As of Tuesday, August 9, 2016
Everything about stores—from design to strategies for attracting shoppers to organizing inventory—has gone through major changes in the past decade. To take the pulse of these changes and see what’s coming up next, California Apparel News arranges roundtable discussions on the “Store of the Future.”
For this edition, we hear the perspectives of award-winning architect Giorgio Borruso—his futuristic designs can be seen at the WithMe store at Santa Monica Place in Santa Monica, Calif.; Adam Derry, founder of the ADBD brand and boutiques, headquartered in Los Angeles; Marshal Cohen, chief industry analyst for market-research company The NPD Group; and Wendy Bendoni, fashion marketing chair at Woodbury University.
E-commerce and M-commerce have radically changed retail. What other changes in consumer behavior do you think will drive future retail technology?
GIORGIO BORRUSO: We are seeing a convergence between online retail, physical retail and real estate developments.
There will be new models emerging. Consumers are demanding flexibility and speed. In the future, brands will be able to quickly change locations and experiment in new markets without a long, drawn-out process.
We’ve been working on a new concept of store, starting from large mobile units to the inline spaces and common areas. Unique architectural spaces are set up in a network of locations—malls, universities, etc. Retailers would sign up to use the network, starting in one location—perhaps, Chicago—but, after a couple of weeks, move to the next location, maybe London. Their digital signage and catalog would be in the system. Moving would involve “changing files, not fixtures.”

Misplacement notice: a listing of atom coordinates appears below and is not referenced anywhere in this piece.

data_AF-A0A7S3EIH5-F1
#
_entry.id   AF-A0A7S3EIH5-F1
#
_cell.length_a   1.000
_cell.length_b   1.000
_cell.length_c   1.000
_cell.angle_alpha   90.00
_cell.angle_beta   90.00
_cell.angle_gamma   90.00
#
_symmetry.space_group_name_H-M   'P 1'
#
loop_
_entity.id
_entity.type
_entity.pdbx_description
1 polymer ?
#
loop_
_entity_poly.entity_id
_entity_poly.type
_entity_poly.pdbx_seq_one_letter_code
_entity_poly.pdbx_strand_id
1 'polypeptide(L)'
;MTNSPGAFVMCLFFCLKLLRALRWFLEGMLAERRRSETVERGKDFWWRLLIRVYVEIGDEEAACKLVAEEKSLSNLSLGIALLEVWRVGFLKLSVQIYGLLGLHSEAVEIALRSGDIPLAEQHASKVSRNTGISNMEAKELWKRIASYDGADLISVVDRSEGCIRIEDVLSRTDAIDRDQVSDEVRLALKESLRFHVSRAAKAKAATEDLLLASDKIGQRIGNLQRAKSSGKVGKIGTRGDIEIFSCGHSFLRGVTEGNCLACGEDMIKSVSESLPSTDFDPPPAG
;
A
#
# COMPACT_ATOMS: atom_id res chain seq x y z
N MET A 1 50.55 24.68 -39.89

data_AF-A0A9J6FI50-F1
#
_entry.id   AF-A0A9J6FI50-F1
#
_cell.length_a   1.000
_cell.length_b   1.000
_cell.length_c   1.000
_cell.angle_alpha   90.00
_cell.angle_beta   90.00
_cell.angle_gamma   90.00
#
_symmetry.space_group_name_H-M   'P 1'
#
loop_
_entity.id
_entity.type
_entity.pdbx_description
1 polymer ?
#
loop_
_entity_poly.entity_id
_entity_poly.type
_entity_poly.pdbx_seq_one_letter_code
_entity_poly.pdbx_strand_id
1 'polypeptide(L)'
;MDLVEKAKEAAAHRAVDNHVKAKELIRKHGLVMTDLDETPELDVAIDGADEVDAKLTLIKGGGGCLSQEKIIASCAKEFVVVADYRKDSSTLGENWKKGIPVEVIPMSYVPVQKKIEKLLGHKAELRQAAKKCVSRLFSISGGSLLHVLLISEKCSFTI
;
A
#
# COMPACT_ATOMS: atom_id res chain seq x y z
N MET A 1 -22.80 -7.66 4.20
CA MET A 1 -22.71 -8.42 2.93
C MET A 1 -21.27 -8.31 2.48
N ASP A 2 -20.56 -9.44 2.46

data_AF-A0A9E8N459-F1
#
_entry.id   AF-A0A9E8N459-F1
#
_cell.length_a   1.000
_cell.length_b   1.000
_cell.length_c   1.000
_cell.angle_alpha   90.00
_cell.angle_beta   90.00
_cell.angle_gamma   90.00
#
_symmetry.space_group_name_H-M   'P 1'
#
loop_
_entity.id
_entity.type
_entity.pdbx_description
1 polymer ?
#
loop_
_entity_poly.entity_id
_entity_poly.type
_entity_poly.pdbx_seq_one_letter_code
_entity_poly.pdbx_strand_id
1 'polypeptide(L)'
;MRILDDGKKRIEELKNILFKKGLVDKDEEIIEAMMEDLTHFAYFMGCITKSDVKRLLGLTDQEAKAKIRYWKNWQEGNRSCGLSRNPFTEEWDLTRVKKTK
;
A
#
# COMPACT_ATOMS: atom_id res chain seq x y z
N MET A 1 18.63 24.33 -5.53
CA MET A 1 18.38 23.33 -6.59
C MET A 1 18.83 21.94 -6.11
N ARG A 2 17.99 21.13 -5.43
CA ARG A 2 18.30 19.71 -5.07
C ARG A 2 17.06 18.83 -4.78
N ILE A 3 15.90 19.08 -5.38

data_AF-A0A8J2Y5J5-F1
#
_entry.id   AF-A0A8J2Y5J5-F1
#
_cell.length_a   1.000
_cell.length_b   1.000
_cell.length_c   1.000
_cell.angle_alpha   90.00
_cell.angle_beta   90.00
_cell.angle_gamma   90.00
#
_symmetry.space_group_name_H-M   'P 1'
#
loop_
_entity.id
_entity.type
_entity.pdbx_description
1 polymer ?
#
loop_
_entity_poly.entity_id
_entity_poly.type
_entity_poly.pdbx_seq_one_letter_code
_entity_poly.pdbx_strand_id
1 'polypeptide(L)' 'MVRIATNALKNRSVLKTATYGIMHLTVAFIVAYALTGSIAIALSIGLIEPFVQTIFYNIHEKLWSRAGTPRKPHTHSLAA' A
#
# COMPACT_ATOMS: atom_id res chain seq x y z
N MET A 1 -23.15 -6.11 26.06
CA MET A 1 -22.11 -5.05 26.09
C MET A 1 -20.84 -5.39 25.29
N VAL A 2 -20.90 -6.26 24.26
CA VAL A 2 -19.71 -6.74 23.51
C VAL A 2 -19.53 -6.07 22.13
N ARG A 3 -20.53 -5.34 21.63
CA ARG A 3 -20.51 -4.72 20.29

With this system, the format of the shopping center will change. Owners and operators could create areas devoted to retailers in the mobile network that would provide endless variety. People would come to the mall to see what is new.
ADAM DERRY: E-commerce and m-commerce have radically changed the retail process. The consumers’ appetite to seek out product and brands has never been higher, and that is a huge asset for retailers. We’re going to see higher layers of interaction between retailers and consumers, but not every experiment is going to work.
The consumers’ need is to be transported to other realities that they can’t reach by themselves. Pokémon Go shows us that we can create new realities and those realities can take consumers into the spirit of the brand. Now more than ever brands need a soul.
Also, technology is becoming conscious. It is learning our intentions. It helps guide ourselves to the brand experience that we want. Technologies like Waze and Yelp are other types of portals that consumers have been showing interest in. They help people with shortcuts to find something they’ve been looking for. Or brands that they may not know about but they will like. It’s something that will guide us.
MARSHAL COHEN: Reactive shopping is now here versus proactive shopping. No longer do we wake up in the morning and say, “I want to go shop and find a new sweater.” We now wake up and respond to incoming messages alerting us to deals of the day or new products available at our favorite stores or sites. We react to media messages and deals rather than seek them out. Retailers of all types need to learn how to thrive in this reactive environment.